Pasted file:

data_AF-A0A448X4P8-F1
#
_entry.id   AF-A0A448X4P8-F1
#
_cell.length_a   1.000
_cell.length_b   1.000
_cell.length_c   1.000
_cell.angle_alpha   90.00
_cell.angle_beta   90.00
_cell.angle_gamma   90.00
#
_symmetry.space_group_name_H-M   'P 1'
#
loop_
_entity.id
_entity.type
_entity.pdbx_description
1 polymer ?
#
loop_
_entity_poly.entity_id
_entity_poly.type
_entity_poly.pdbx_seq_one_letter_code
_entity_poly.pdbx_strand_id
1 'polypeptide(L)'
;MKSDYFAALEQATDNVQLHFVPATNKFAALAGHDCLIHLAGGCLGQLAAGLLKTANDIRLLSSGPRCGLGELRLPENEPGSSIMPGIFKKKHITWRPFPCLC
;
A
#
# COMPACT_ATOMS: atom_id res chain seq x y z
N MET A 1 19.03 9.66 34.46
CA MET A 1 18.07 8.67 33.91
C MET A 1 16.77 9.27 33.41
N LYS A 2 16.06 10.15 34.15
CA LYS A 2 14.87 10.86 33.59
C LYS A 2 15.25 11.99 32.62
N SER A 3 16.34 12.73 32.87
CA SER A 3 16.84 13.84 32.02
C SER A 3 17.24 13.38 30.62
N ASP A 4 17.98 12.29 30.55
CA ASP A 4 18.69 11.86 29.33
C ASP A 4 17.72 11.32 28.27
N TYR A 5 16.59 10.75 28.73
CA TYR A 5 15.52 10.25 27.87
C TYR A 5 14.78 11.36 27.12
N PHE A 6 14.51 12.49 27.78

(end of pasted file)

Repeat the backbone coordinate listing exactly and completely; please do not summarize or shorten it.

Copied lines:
data_AF-A0A448X4P8-F1
#
_entry.id   AF-A0A448X4P8-F1
#
_cell.length_a   1.000
_cell.length_b   1.000
_cell.length_c   1.000
_cell.angle_alpha   90.00
_cell.angle_beta   90.00
_cell.angle_gamma   90.00
#
_symmetry.space_group_name_H-M   'P 1'
#
loop_
_entity.id
_entity.type
_entity.pdbx_description
1 polymer ?
#
loop_
_entity_poly.entity_id
_entity_poly.type
_entity_poly.pdbx_seq_one_letter_code
_entity_poly.pdbx_strand_id
1 'polypeptide(L)'
;MKSDYFAALEQATDNVQLHFVPATNKFAALAGHDCLIHLAGGCLGQLAAGLLKTANDIRLLSSGPRCGLGELRLPENEPGSSIMPGIFKKKHITWRPFPCLC
;
A
#
# COMPACT_ATOMS: atom_id res chain seq x y z
N MET A 1 19.03 9.66 34.46
CA MET A 1 18.07 8.67 33.91
C MET A 1 16.77 9.27 33.41
N LYS A 2 16.06 10.15 34.15
CA LYS A 2 14.87 10.86 33.59
C LYS A 2 15.25 11.99 32.62
N SER A 3 16.34 12.73 32.87
CA SER A 3 16.84 13.84 32.02
C SER A 3 17.24 13.38 30.62
N ASP A 4 17.98 12.29 30.55
CA ASP A 4 18.69 11.86 29.33
C ASP A 4 17.72 11.32 28.27
N TYR A 5 16.59 10.75 28.73
CA TYR A 5 15.52 10.25 27.87
C TYR A 5 14.78 11.36 27.12
N PHE A 6 14.51 12.49 27.78